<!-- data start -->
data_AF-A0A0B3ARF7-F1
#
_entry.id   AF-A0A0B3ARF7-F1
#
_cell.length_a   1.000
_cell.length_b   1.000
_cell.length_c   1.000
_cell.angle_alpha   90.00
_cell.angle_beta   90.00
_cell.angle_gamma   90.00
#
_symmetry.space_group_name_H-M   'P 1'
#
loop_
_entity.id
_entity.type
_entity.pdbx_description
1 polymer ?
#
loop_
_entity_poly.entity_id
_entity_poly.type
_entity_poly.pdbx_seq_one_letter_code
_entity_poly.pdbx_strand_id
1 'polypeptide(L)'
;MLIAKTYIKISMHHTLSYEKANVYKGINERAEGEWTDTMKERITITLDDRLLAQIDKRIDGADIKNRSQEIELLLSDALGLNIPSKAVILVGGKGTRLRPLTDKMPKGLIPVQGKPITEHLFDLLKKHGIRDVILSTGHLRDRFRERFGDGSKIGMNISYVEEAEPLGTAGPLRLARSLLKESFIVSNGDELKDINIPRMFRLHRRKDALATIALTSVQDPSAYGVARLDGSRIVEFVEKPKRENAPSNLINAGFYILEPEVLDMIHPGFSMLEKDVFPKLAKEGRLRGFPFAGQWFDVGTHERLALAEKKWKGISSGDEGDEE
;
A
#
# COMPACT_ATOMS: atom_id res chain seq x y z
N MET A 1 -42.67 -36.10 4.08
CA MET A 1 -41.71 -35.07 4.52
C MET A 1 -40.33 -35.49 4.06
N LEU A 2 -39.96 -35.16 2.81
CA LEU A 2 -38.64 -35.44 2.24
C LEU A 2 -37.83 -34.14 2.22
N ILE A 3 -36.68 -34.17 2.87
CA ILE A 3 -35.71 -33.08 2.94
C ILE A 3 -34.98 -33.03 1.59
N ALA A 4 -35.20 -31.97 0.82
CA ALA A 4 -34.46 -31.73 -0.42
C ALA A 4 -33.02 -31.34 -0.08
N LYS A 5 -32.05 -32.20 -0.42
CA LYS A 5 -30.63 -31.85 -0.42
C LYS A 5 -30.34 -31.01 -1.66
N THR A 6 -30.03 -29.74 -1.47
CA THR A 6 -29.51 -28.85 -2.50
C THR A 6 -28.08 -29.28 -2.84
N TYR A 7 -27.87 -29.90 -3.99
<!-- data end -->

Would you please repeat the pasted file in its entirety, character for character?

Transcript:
data_AF-A0A0B3ARF7-F1
#
_entry.id   AF-A0A0B3ARF7-F1
#
_cell.length_a   1.000
_cell.length_b   1.000
_cell.length_c   1.000
_cell.angle_alpha   90.00
_cell.angle_beta   90.00
_cell.angle_gamma   90.00
#
_symmetry.space_group_name_H-M   'P 1'
#
loop_
_entity.id
_entity.type
_entity.pdbx_description
1 polymer ?
#
loop_
_entity_poly.entity_id
_entity_poly.type
_entity_poly.pdbx_seq_one_letter_code
_entity_poly.pdbx_strand_id
1 'polypeptide(L)'
;MLIAKTYIKISMHHTLSYEKANVYKGINERAEGEWTDTMKERITITLDDRLLAQIDKRIDGADIKNRSQEIELLLSDALGLNIPSKAVILVGGKGTRLRPLTDKMPKGLIPVQGKPITEHLFDLLKKHGIRDVILSTGHLRDRFRERFGDGSKIGMNISYVEEAEPLGTAGPLRLARSLLKESFIVSNGDELKDINIPRMFRLHRRKDALATIALTSVQDPSAYGVARLDGSRIVEFVEKPKRENAPSNLINAGFYILEPEVLDMIHPGFSMLEKDVFPKLAKEGRLRGFPFAGQWFDVGTHERLALAEKKWKGISSGDEGDEE
;
A
#
# COMPACT_ATOMS: atom_id res chain seq x y z
N MET A 1 -42.67 -36.10 4.08
CA MET A 1 -41.71 -35.07 4.52
C MET A 1 -40.33 -35.49 4.06
N LEU A 2 -39.96 -35.16 2.81
CA LEU A 2 -38.64 -35.44 2.24
C LEU A 2 -37.83 -34.14 2.22
N ILE A 3 -36.68 -34.17 2.87
CA ILE A 3 -35.71 -33.08 2.94
C ILE A 3 -34.98 -33.03 1.59
N ALA A 4 -35.20 -31.97 0.82
CA ALA A 4 -34.46 -31.73 -0.42
C ALA A 4 -33.02 -31.34 -0.08
N LYS A 5 -32.05 -32.20 -0.42
CA LYS A 5 -30.63 -31.85 -0.42
C LYS A 5 -30.34 -31.01 -1.66
N THR A 6 -30.03 -29.74 -1.47
CA THR A 6 -29.51 -28.85 -2.50
C THR A 6 -28.08 -29.28 -2.84
N TYR A 7 -27.87 -29.90 -3.99